Only a minority of the people in the world will get to practice their vocation. Most of them will only do that for a portion (not their full) of their life/ career. If/ when you get your chance, grab it by the horns! Everyone should continue to push for his or her vocation. Whether it’s blogging or otherwise. Ultimately, it doesn’t matter whether I or anyone else approves, it’s about your personal calling.

    Great post! I especially like the distinction between a career and a vocation. Sometimes I forget that those are not the same. (Honestly, a vocation doesn’t even have to pay.)

  8. Annie Jones says:

    My husband, on the other hand, has all three. He works for a company (that is his job), as an ironworker (that is his career), because he is happiest when he is building/constructing things (that is his vocation).

  9. Interested Reader says:

    I skimmed I didn’t see “throughput writer” what is that?

    I tried to find a definition and the only thing I could make sense of in this context was this definition:

    Productivity of a machine, procedure, process, or system over a unit period, expressed in a figure-of-merit or a term meaningful in the given context, such as output per hour, cash turnover, number of orders shipped.

    The way I’m reading that is you write in order to put out as many posts as you can to meet some kind of self imposed quota.

    Either that or this is like the “queues” instance in the previous post and you’ve some how mistaken two phrases. (I’m still not sure how you could mistake cues and queues.)

  10. I get what you are saying. It’s about growth and development into being a better you. I really appreciated the definitions because I totally agree that people should be willing to accept a job even if it doesn’t seemingly contribute directly to a career. Every job I have held I have learned something new and of value. My mother was a lifetime nurse and had a job cleaning motel rooms to provide for her family when they were on strike. She was an excellent sheet changer although that was not her vocation.

  11. Josh says:

    Interested Reader certainly isn’t an interesting reader. Nothing worse than losers who stalk blogs only to look for mistakes so they can be the first to point it out.

    Great post. Don’t listen to the morons who are reading too much into your intentions. Anyone with an ounce of common sense understands what you were saying.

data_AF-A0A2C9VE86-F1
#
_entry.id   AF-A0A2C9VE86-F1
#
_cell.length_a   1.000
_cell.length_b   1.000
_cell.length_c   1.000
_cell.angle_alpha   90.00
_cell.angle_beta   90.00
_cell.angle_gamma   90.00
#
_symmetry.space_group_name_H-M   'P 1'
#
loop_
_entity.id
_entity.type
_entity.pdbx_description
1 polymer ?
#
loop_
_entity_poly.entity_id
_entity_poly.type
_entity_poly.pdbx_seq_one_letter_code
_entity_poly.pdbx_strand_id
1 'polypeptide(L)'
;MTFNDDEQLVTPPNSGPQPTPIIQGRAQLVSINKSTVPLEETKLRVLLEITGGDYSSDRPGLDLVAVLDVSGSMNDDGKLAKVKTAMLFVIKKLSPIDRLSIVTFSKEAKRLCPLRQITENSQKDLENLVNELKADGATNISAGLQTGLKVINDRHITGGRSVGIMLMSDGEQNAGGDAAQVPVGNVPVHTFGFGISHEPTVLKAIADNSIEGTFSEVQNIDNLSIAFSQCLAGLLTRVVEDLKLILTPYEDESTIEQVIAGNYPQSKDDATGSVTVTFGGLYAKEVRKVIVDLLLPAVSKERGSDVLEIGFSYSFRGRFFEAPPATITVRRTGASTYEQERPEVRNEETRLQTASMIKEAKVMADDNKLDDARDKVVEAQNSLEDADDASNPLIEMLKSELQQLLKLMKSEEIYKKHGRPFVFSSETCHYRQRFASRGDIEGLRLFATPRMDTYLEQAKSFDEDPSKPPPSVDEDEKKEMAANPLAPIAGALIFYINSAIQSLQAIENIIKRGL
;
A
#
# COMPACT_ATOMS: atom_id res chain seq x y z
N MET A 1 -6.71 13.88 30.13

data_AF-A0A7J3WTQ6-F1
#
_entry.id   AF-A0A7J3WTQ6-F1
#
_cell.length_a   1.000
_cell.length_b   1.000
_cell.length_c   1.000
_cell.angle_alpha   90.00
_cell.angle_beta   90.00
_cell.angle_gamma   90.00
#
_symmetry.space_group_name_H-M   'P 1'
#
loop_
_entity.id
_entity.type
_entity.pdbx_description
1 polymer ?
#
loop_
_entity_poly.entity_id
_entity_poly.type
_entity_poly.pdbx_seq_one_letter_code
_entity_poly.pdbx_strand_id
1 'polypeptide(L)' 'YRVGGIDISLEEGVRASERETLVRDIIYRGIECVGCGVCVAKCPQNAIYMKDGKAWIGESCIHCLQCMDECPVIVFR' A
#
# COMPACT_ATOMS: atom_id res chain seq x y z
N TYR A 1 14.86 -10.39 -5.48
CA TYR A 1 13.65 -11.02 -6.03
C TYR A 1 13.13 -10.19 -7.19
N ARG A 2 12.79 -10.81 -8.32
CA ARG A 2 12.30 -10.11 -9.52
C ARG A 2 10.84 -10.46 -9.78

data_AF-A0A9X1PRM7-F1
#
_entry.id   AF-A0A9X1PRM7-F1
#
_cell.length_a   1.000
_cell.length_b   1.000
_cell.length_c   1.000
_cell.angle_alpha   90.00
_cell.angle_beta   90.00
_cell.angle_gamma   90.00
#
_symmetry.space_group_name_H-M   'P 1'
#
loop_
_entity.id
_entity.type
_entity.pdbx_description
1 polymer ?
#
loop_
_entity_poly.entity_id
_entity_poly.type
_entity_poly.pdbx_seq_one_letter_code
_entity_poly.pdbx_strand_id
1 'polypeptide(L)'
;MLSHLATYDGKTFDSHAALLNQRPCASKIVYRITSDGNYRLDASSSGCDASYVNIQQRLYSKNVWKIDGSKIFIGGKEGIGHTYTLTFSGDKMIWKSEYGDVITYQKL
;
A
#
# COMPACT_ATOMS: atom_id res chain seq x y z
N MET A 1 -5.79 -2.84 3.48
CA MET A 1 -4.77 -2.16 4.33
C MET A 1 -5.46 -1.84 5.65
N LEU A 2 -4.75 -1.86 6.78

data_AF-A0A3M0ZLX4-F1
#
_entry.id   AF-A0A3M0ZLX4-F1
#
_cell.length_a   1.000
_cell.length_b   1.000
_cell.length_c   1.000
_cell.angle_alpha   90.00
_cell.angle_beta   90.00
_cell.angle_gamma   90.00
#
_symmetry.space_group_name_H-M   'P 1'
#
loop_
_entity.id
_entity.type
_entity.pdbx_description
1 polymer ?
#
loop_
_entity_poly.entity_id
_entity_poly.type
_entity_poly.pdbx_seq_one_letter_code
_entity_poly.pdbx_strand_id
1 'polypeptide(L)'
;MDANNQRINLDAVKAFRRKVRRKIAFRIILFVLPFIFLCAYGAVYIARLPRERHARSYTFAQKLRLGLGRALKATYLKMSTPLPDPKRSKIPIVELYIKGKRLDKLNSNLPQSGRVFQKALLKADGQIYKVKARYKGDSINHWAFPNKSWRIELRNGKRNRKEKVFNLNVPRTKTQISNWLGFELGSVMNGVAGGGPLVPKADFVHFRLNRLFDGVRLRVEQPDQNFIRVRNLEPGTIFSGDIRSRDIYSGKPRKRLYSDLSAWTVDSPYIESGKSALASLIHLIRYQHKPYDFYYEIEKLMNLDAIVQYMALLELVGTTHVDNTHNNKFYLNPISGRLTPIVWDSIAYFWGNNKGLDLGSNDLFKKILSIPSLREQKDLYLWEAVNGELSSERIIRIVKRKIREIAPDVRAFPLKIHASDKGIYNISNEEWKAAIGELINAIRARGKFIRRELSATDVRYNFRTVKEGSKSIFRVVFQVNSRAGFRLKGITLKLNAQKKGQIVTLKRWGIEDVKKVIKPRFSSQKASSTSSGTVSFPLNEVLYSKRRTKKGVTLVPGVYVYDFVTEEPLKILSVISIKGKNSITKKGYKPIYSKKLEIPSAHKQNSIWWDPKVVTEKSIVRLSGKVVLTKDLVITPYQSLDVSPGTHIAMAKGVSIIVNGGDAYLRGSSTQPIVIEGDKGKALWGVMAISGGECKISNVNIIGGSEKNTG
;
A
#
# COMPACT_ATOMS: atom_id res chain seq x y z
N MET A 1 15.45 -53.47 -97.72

12. Bill says:

    I have the Office Space thing going on with my life. My ideal day would be to sit around doing nothing all day. Am I alone here?

  13. Annie Jones says:

    I don’t know about anyone else, but I couldn’t sit around doing nothing all day. I’m much too restless for that; for me, it would be a long, boring day. I have to do something …anything… productive. Of course, some days are more productive than others.

  14. Bill says:

    @#10 Bill
    I lost a job with 6 months severance once with a job offer to start anytime from day 1 to the whole 6 months. I thought I would enjoy just sitting around watching tv, drinking, playing golf and doing what ever I wanted.

    I lasted 3 weeks and was bored out of my mind and fearing for my liver and took the new job.

    I realize now that I like what I do and enjoy/need the mental challenges that come with it.

  15. Anitra says:

    @Annie Jones: On the other hand, I look at being a stay-at-home mom as my job, and perhaps a career, but definitely not my vocation. There is more to life than my kids and my home, and I plan to rejoin the workforce (someday).

  16. Mary says:

    Good post, today.

    I don’t think Trent is saying that he doesn’t give a crap about this blog because he’s just using it as a source of money or a stepping stone to better things. From what I have read, I find this blog to be filled with thoughtfully written posts on a broad spectrum of financial / life topics. It is clear that he isn’t just pulling something out of his ear at the last second every day.